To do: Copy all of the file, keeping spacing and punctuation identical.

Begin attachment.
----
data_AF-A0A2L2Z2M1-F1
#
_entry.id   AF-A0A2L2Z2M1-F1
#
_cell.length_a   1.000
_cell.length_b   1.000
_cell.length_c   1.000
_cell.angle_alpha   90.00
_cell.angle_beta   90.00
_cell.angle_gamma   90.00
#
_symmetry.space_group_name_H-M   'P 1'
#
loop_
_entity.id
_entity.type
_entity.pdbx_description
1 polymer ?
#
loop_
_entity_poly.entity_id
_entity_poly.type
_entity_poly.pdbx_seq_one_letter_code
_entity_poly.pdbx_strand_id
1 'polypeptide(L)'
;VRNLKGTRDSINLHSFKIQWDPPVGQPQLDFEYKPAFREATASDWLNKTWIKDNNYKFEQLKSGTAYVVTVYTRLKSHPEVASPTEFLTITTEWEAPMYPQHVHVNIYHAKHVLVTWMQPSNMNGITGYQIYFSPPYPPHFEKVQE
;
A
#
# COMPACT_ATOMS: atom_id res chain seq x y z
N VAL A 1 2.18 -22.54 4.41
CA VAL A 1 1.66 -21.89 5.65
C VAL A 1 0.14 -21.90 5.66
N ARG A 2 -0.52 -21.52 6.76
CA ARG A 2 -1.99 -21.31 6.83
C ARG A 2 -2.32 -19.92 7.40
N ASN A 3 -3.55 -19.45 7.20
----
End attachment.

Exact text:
data_AF-A0A2L2Z2M1-F1
#
_entry.id   AF-A0A2L2Z2M1-F1
#
_cell.length_a   1.000
_cell.length_b   1.000
_cell.length_c   1.000
_cell.angle_alpha   90.00
_cell.angle_beta   90.00
_cell.angle_gamma   90.00
#
_symmetry.space_group_name_H-M   'P 1'
#
loop_
_entity.id
_entity.type
_entity.pdbx_description
1 polymer ?
#
loop_
_entity_poly.entity_id
_entity_poly.type
_entity_poly.pdbx_seq_one_letter_code
_entity_poly.pdbx_strand_id
1 'polypeptide(L)'
;VRNLKGTRDSINLHSFKIQWDPPVGQPQLDFEYKPAFREATASDWLNKTWIKDNNYKFEQLKSGTAYVVTVYTRLKSHPEVASPTEFLTITTEWEAPMYPQHVHVNIYHAKHVLVTWMQPSNMNGITGYQIYFSPPYPPHFEKVQE
;
A
#
# COMPACT_ATOMS: atom_id res chain seq x y z
N VAL A 1 2.18 -22.54 4.41
CA VAL A 1 1.66 -21.89 5.65
C VAL A 1 0.14 -21.90 5.66
N ARG A 2 -0.52 -21.52 6.76
CA ARG A 2 -1.99 -21.31 6.83
C ARG A 2 -2.32 -19.92 7.40
N ASN A 3 -3.55 -19.45 7.20